Carmakers Hope for Better Days at Morose India Auto Show

Carmakers Hope for Better Days at Morose India Auto Show

"We hope the Auto Expo, which will showcase new products and technology, will provide a trigger in giving a much needed boost to the auto industry and overall sentiment," said Pravin Shah, head of the auto division of Mahindra.

NEW DELHI - Global car manufacturers jostled for attention at the opening of the Indian Auto Expo Wednesday, attempting to revive buyers' interest in a local market that is contracting for the first time in a decade.

The giant show on the outskirts of the capital will be used to launch 69 new vehicles for the Indian market, which local and foreign carmakers still see as a future growth center despite its present-day woes.

"The first month of 2014 did not witness any improvement in the overall industry performance and the situation remains subdued," said Pravin Shah, head of the auto division of Indian manufacturer Mahindra.

"We hope the Auto Expo, which will showcase new products and technology, will provide a trigger in giving a much needed boost to the auto industry and overall sentiment," he added.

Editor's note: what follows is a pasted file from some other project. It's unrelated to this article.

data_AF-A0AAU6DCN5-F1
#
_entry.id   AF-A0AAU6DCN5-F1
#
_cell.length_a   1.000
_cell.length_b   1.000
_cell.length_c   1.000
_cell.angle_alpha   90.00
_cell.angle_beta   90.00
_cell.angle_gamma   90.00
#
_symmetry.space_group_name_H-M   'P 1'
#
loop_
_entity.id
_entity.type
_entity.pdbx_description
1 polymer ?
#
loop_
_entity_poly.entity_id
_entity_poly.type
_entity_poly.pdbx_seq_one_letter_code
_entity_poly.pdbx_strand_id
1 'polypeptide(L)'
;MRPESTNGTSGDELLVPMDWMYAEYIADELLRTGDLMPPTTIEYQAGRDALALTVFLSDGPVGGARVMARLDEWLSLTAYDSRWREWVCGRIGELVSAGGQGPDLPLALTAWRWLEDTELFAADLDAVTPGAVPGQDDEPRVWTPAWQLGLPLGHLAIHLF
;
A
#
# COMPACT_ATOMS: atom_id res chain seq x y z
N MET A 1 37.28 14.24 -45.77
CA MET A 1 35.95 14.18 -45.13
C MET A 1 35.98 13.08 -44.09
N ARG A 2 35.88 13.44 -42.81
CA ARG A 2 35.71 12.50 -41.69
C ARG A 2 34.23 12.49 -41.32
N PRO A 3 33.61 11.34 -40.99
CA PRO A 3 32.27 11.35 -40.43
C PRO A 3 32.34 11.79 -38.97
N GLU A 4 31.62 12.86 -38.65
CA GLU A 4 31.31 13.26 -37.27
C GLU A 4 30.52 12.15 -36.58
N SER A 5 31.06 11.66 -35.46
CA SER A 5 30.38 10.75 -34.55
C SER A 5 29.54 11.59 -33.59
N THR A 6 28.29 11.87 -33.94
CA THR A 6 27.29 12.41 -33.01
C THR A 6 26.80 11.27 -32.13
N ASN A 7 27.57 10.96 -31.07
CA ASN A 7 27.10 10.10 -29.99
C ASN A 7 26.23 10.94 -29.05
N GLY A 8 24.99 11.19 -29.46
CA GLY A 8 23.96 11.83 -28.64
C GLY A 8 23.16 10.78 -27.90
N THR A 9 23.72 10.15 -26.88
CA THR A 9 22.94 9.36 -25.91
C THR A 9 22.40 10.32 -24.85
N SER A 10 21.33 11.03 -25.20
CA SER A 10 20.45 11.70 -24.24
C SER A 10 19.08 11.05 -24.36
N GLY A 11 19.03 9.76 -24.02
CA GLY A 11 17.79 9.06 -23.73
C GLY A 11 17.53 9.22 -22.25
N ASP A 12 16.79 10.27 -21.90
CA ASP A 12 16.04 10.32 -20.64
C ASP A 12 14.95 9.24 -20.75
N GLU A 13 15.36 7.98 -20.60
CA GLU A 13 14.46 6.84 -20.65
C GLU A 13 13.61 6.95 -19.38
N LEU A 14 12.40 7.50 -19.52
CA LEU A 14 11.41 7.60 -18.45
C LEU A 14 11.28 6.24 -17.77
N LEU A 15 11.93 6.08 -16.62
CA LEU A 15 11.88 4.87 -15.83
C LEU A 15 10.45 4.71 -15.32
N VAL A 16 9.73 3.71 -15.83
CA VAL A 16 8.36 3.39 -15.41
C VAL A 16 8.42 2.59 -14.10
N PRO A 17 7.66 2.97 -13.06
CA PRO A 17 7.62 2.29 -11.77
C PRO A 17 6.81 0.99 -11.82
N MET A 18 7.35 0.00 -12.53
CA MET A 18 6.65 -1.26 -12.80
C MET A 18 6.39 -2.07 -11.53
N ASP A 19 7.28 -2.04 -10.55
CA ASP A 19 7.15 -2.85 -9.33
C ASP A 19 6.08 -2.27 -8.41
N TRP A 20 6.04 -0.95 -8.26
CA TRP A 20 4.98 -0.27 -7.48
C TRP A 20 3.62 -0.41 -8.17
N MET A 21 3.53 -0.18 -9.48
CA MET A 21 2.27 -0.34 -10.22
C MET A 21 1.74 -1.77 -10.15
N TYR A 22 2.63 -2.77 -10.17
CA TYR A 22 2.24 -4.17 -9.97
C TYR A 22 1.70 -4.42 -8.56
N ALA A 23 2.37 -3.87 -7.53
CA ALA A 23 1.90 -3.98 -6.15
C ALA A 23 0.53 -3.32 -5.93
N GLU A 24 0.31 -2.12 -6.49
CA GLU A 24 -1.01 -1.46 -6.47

Last year, car sales fell nearly 10% on an annual basis, the first fall in 11 years, and few see the prospect of a turnaround before national elections due by the end of May.

Sales have been hit by a combination of slowing economic growth, high interest rates, rising fuel prices and low consumer confidence.

"We have no concern in the long term as incomes increase," said head of commercial vehicles at Tata Motors, Ravi Pisharody. "The long term will be strong.... (but) there are uncertainties until elections."

Despite a decade of often double-digit growth in annual sales, India counts just 16 cars per 1,000 inhabitants, compared with 39 in China or 1,000 in the United States, according to industry figures.

And while the general car market is contracting, the top end dominated by Western luxury brands is still growing strongly, analysts say.

Copyright Agence France-Presse, 2014

Hide comments

Comments

  • Allowed HTML tags: <em> <strong> <blockquote> <br> <p>

Plain text

  • No HTML tags allowed.
  • Web page addresses and e-mail addresses turn into links automatically.
  • Lines and paragraphs break automatically.
Publish